South Africa has as many global companies as South Korea, but the world doesn’t know this, says Martyn Davies. For South Africa to be recognised as a global business leader, he believes its people need to share the same national values. He will be speaking at Brand South Africa’s 2017 Nation Brand Forum on 5 October.
A 2010 World Economic Forum (WEF) Young Global Leader, Dr Martyn Davies currently leads global firm Deloitte’s Emerging Markets and Africa division as well the Africa firm’s China and Japan Services Group.
Davies has led the World Economic Forum’s Mining and Metal Industry Group and has been awarded a WEF Dangote Fellowship for young Africans, an honour bestowed to those who show outstanding leadership, professional accomplishments and commitment to society.
He was previously ranked the number one analyst in South Africa in the Other African Economies and Markets category by the Financial Mail in its annual Analysts of the Year awards.
Beyond working with a third of all companies listed on the Johannesburg Stock Exchange, he has advised governments including those of Botswana, Ghana, South Korea, the Netherlands, Norway, the UK and South Africa.
Davies completed his PhD at Wits University and went on to study in South Korea, Harvard and Oxford universities. He is a visiting professor at IE Business School, Madrid, Spain. He believes that South Africa does not get the credit for its business acumen, and has often pointed out that the country has created a similar number of globally competitive corporations as South Korea, a country hailed for its economic miracle.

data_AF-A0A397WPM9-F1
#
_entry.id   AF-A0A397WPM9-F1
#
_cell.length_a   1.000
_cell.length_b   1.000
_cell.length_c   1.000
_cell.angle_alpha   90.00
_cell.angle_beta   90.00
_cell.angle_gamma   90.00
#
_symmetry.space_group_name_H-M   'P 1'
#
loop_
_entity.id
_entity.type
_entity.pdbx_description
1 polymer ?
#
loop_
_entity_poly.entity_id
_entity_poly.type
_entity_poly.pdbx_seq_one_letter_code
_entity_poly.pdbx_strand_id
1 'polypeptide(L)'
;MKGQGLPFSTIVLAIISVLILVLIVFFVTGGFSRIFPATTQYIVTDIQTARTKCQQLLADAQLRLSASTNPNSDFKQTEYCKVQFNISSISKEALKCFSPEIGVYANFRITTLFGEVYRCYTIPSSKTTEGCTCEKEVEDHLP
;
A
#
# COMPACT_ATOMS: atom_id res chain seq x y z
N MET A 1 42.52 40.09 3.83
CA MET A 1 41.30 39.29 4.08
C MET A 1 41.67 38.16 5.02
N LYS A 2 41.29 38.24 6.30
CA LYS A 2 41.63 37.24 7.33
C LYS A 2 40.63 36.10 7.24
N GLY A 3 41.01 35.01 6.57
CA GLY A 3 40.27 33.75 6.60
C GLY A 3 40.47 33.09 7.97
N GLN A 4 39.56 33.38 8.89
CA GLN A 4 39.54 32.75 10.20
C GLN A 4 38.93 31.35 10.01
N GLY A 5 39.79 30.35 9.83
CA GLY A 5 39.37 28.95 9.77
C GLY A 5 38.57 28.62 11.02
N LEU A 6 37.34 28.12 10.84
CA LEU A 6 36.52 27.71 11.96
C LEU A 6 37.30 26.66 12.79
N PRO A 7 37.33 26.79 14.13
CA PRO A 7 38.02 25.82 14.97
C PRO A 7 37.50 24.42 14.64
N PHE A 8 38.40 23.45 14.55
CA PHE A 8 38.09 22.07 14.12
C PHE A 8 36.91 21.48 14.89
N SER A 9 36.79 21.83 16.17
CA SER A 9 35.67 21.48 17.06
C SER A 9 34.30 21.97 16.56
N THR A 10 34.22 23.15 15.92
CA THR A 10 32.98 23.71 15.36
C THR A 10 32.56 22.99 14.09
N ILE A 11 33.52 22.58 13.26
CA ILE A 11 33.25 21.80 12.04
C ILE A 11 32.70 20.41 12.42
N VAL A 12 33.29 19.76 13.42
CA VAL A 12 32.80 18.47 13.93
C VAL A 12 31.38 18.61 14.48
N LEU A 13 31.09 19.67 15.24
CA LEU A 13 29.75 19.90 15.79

He believes that until South Africans begin to see the bigger picture and understand and embrace its role in the world, the country will not fulfill its potential. “We need to forge a nation and we are not doing enough to forge a nation state…I think that one of the negatives of South Africa is that we still need to see similar, true values – political, national values – being created and instilled in people for us to truly progress as a nation.”
Married, with three children, he was awarded national colours in cycling for South African Universities. An avid reader, Davies himself has published articles in accredited journals, including Asian Economic Policy Review, the Review of African Political Economy, and the South African Journal of International Affairs. He has been a commentator for the Financial Times and The Washington Post, BBC, Al Jazeera and AFP.